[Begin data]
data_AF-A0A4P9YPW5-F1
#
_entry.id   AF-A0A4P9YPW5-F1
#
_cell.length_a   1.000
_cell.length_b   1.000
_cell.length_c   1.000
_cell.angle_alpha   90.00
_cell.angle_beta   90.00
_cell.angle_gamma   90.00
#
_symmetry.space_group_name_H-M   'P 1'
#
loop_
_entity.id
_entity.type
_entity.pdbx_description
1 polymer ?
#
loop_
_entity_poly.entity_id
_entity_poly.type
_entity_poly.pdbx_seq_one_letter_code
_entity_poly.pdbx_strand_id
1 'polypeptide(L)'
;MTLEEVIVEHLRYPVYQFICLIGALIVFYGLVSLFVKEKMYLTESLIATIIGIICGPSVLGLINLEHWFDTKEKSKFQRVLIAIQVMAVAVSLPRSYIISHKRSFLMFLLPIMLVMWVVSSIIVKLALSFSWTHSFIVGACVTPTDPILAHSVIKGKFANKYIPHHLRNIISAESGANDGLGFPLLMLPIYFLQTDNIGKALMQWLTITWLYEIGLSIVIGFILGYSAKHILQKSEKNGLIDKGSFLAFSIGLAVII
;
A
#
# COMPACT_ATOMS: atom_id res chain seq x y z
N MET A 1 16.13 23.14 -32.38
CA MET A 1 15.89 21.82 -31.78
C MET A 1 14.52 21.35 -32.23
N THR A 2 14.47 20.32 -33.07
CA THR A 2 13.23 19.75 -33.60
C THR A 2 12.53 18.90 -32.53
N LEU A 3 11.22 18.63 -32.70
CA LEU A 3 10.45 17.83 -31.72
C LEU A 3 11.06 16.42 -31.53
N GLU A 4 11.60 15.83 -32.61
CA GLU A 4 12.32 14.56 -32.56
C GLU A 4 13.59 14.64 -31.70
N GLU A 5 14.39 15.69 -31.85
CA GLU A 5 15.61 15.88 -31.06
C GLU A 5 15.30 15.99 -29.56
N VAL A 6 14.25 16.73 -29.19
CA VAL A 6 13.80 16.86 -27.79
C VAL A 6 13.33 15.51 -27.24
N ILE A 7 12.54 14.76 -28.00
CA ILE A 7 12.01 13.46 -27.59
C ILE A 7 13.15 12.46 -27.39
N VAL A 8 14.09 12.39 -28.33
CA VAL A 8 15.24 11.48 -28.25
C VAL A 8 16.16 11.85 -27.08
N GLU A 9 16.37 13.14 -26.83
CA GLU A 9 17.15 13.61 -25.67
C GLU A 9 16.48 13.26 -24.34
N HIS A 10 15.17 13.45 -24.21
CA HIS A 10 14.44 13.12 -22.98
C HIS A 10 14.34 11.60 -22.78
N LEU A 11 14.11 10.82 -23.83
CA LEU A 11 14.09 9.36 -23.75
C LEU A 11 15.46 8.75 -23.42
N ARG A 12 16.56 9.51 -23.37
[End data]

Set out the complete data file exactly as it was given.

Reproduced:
data_AF-A0A4P9YPW5-F1
#
_entry.id   AF-A0A4P9YPW5-F1
#
_cell.length_a   1.000
_cell.length_b   1.000
_cell.length_c   1.000
_cell.angle_alpha   90.00
_cell.angle_beta   90.00
_cell.angle_gamma   90.00
#
_symmetry.space_group_name_H-M   'P 1'
#
loop_
_entity.id
_entity.type
_entity.pdbx_description
1 polymer ?
#
loop_
_entity_poly.entity_id
_entity_poly.type
_entity_poly.pdbx_seq_one_letter_code
_entity_poly.pdbx_strand_id
1 'polypeptide(L)'
;MTLEEVIVEHLRYPVYQFICLIGALIVFYGLVSLFVKEKMYLTESLIATIIGIICGPSVLGLINLEHWFDTKEKSKFQRVLIAIQVMAVAVSLPRSYIISHKRSFLMFLLPIMLVMWVVSSIIVKLALSFSWTHSFIVGACVTPTDPILAHSVIKGKFANKYIPHHLRNIISAESGANDGLGFPLLMLPIYFLQTDNIGKALMQWLTITWLYEIGLSIVIGFILGYSAKHILQKSEKNGLIDKGSFLAFSIGLAVII
;
A
#
# COMPACT_ATOMS: atom_id res chain seq x y z
N MET A 1 16.13 23.14 -32.38
CA MET A 1 15.89 21.82 -31.78
C MET A 1 14.52 21.35 -32.23
N THR A 2 14.47 20.32 -33.07
CA THR A 2 13.23 19.75 -33.60
C THR A 2 12.53 18.90 -32.53
N LEU A 3 11.22 18.63 -32.70
CA LEU A 3 10.45 17.83 -31.72
C LEU A 3 11.06 16.42 -31.53
N GLU A 4 11.60 15.83 -32.61
CA GLU A 4 12.32 14.56 -32.56
C GLU A 4 13.59 14.64 -31.70
N GLU A 5 14.39 15.69 -31.85
CA GLU A 5 15.61 15.88 -31.06
C GLU A 5 15.30 15.99 -29.56
N VAL A 6 14.25 16.73 -29.19
CA VAL A 6 13.80 16.86 -27.79
C VAL A 6 13.33 15.51 -27.24
N ILE A 7 12.54 14.76 -28.00
CA ILE A 7 12.01 13.46 -27.59
C ILE A 7 13.15 12.46 -27.39
N VAL A 8 14.09 12.39 -28.33
CA VAL A 8 15.24 11.48 -28.25
C VAL A 8 16.16 11.85 -27.08
N GLU A 9 16.37 13.14 -26.83
CA GLU A 9 17.15 13.61 -25.67
C GLU A 9 16.48 13.26 -24.34
N HIS A 10 15.17 13.45 -24.21
CA HIS A 10 14.44 13.12 -22.98
C HIS A 10 14.34 11.60 -22.78
N LEU A 11 14.11 10.82 -23.83
CA LEU A 11 14.09 9.36 -23.75
C LEU A 11 15.46 8.75 -23.42
N ARG A 12 16.56 9.51 -23.37